One of the two things the memo was about was the hypothesis that women might be less suited to careers in technology at least in part for biological rather than social reasons. That is, understandably, the part that the media has focused on, and the part that led to Damore being dismissed. But the second thing the memo was about, what was in fact its main thesis, was that, at least at Google, you cannot even advance the hypothesis that biology might be a contributing factor to women's underrepresentation in tech without putting your career at risk. Ironically, by firing Damore, Google proved that he was actually right about that.
Before I go on, because this situation is absolutely brimming over with opportunities for misunderstandings, I want to say up front that I do not agree with Damore's hypothesis. The evidence for it seems thin to me, and the best data indicates that there are few discernible differences in mental capacity between men and women. I am not defending Damore's thesis. I am defending his right to advance it without putting his livelihood at risk. [EDIT: I used the word "right" too glibly here. Employees generally do not have free-speech rights on the job. But Google claims to encourage free speech and dissent.] And I am going to go one step further and advance a controversial thesis of my own, namely, that one of the reasons that this is such a hot-button issue that that Damore's thesis is plausible. It could be true. Biology clearly can have an impact on cognitive ability. Down Syndrome, for example, is a biological trait (caused by having an extra chromosome) that causes "mild to moderate intellectual disability".
I can hear the whoops and hollers already: how dare you compare being female with having Down syndrome! Well, if you read carefully, I am not comparing those two things. I am citing Down syndrome as evidence that biology can have an impact on cognitive ability, and hence it is not impossible a priori that having a Y-chromosome deficiency might have a similar impact. However (and this is very important) it is just as plausible a priori that this difference could hew in favor of women as against them. A "Y-chromosome deficiency" might cause cognitive impairment, but so could "testosterone poisoning". (Note that I'm deliberately choosing ironic anti-euphemisms here to highlight the point that people respond to these arguments emotionally rather than intellectually.)
I can totally understand the desire to shut down this discussion. I'm a liberal. I want a world with equality of opportunity. If (strong emphasis on IF) it turned out that being female did indeed have a measurable impact on one's ability to do certain tasks it would make the battle that much more difficult. There are obvious differences in physical abilities between men and women (sports are uncontroversially segregated by gender), which has made it that much harder for women to secure the right to, say, serve in combat roles in the military, even roles which are much more intellectual than physical, like being a fighter pilot.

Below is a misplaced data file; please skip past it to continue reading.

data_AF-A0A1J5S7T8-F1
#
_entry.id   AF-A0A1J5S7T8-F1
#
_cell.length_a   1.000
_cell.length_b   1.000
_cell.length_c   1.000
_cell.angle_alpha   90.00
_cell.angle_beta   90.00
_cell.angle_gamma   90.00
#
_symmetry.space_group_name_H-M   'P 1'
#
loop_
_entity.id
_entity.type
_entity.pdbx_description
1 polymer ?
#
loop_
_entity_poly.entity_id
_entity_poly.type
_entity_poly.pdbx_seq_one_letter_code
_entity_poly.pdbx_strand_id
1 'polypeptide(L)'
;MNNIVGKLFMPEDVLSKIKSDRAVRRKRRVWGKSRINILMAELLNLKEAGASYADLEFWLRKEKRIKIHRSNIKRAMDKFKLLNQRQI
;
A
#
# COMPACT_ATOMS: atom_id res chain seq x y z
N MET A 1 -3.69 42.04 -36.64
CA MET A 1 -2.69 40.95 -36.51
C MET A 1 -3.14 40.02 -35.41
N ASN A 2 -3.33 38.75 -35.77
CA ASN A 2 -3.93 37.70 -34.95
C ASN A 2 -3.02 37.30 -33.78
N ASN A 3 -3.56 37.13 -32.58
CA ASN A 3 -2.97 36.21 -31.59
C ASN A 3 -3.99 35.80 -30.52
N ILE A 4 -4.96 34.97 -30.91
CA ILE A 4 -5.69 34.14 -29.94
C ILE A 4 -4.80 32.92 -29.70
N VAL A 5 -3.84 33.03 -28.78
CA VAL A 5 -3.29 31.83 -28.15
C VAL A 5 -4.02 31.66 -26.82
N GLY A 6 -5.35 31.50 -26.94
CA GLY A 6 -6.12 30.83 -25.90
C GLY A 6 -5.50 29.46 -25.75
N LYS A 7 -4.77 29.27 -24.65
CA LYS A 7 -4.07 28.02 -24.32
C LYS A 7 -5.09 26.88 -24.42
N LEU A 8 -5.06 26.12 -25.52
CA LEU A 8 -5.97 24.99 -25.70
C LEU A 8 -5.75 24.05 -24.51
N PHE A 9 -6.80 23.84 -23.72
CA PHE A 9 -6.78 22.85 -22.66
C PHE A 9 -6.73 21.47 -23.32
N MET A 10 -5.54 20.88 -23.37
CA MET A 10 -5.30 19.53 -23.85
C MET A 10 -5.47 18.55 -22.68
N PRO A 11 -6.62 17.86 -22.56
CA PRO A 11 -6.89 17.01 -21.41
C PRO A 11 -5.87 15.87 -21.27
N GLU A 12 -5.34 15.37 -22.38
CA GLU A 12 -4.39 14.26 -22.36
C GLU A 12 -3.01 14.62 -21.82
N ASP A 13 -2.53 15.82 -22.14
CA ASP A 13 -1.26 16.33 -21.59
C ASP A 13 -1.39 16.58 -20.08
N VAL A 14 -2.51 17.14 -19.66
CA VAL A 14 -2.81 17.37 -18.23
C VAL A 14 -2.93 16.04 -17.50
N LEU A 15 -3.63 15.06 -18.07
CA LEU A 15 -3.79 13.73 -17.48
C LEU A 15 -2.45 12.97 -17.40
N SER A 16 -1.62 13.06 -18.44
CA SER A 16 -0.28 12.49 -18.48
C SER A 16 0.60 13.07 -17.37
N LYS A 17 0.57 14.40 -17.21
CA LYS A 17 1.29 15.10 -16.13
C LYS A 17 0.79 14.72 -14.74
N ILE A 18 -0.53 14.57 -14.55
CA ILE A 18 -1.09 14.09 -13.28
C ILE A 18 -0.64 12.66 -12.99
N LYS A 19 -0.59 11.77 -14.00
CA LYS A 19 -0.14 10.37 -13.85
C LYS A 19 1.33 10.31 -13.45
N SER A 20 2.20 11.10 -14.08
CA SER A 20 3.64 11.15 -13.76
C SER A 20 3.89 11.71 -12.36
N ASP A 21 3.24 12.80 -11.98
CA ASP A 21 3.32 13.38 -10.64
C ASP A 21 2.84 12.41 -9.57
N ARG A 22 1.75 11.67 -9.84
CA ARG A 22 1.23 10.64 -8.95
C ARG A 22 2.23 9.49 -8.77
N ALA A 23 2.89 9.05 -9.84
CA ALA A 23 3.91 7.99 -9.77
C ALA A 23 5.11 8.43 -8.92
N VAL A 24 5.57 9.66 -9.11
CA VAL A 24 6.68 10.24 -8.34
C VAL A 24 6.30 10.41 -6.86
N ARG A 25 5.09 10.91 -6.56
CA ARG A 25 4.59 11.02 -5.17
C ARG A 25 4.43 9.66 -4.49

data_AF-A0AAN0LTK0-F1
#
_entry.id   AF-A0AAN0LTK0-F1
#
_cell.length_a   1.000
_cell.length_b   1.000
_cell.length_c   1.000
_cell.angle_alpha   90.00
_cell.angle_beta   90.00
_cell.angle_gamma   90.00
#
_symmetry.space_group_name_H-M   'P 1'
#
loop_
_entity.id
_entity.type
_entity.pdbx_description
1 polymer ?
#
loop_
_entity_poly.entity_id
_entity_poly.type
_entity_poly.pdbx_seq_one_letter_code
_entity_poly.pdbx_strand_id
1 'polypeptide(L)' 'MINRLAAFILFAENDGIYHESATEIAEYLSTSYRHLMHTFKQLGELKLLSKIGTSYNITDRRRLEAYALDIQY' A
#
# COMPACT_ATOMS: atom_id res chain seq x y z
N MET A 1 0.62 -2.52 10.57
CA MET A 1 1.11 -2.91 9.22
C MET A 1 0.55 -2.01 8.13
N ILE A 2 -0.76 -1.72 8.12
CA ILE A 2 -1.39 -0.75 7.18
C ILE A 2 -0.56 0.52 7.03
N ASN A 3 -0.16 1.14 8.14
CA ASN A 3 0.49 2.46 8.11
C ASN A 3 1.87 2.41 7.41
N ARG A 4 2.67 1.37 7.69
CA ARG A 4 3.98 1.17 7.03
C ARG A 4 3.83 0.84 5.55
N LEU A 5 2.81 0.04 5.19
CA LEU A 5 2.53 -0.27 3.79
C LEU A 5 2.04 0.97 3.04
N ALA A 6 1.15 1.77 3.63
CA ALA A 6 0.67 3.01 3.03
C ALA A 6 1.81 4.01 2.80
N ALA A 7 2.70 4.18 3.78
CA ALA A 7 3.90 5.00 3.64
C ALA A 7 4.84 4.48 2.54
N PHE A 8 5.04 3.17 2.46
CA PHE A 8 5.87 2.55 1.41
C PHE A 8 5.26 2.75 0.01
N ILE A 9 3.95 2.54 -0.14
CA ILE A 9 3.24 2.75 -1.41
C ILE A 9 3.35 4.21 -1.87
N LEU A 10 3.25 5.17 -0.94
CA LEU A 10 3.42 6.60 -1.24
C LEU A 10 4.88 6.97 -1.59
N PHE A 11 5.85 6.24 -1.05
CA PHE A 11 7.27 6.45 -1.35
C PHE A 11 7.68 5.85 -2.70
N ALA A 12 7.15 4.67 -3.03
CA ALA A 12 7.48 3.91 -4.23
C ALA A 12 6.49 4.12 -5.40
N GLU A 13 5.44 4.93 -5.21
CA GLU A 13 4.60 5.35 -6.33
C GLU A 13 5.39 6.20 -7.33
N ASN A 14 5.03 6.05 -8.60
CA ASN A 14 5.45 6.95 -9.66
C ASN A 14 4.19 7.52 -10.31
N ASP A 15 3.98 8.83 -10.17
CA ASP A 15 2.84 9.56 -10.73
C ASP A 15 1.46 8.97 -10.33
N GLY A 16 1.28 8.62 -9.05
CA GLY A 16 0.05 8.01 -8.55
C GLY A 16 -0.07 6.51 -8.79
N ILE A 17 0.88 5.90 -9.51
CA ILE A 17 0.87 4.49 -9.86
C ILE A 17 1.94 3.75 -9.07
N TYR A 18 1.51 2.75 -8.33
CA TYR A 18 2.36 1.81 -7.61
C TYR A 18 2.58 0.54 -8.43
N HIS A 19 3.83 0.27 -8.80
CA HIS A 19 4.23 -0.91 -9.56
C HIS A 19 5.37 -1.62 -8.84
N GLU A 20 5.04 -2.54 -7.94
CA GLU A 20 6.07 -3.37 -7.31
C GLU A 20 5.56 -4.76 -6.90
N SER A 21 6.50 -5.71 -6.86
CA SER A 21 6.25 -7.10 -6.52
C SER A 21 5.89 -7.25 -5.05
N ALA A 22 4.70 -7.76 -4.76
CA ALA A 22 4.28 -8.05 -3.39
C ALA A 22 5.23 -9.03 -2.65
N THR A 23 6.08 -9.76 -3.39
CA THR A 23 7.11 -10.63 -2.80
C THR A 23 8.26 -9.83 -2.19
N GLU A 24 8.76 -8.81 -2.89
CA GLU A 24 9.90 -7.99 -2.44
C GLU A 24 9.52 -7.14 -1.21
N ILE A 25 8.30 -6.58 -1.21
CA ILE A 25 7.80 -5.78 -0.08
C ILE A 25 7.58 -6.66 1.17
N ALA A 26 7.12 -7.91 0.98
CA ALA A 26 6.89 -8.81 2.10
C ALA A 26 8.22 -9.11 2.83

But suppressing opposing views is a very dangerous game, and not just because it can blind you to the truth. It's dangerous because it undermines the very goal that it seeks to advance, namely, social justice. By firing Damore, Google reinforces the belief held by many conservatives that liberals value social justice more than they value the truth. In fact, the narrative goes, liberals fear the truth and must suppress it because social justice is not part of the natural order of things.
This point of view is directly supported by Google's CEO Sundar Pichai's response to Damore:
... we strongly support the right of Googlers to express themselves, and much of what was in that memo is fair to debate, regardless of whether a vast majority of Googlers disagree with it. However, portions of the memo violate our Code of Conduct and cross the line by advancing harmful gender stereotypes in our workplace. ... To suggest a group of our colleagues have traits that make them less biologically suited to that work is offensive and not OK.
At the same time, there are co-workers who are questioning whether they can safely express their views in the workplace (especially those with a minority viewpoint). They too feel under threat, and that is also not OK. People must feel free to express dissent. So to be clear again, many points raised in the memo—such as the portions criticizing Google’s trainings, questioning the role of ideology in the workplace, and debating whether programs for women and underserved groups are sufficiently open to all—are important topics. The author had a right to express their views on those topics—we encourage an environment in which people can do this and it remains our policy to not take action against anyone for prompting these discussions.It is important to note that Pichai makes no attempt to actually debunk Damore's claims about women's biology. He cites no sources. He doesn't even bother to explicitly state that he thinks Damore is wrong! Instead, he just says that some things, like "advancing harmful gender stereotypes", are "not OK." Even if they are true. And notwithstanding Pichai's nominal support of free speech, the elephant in the room is that Damore no longer works at Google.
The net effect of this is the exact opposite of what we should be striving for. Suppressing dissent does not make it go away, it merely drives it underground, where it festers and grows and eventually re-emerges, usually (but not always) taking liberals by surprise.
Ignorance and prejudice cannot be fought with censorship. It simply doesn't work.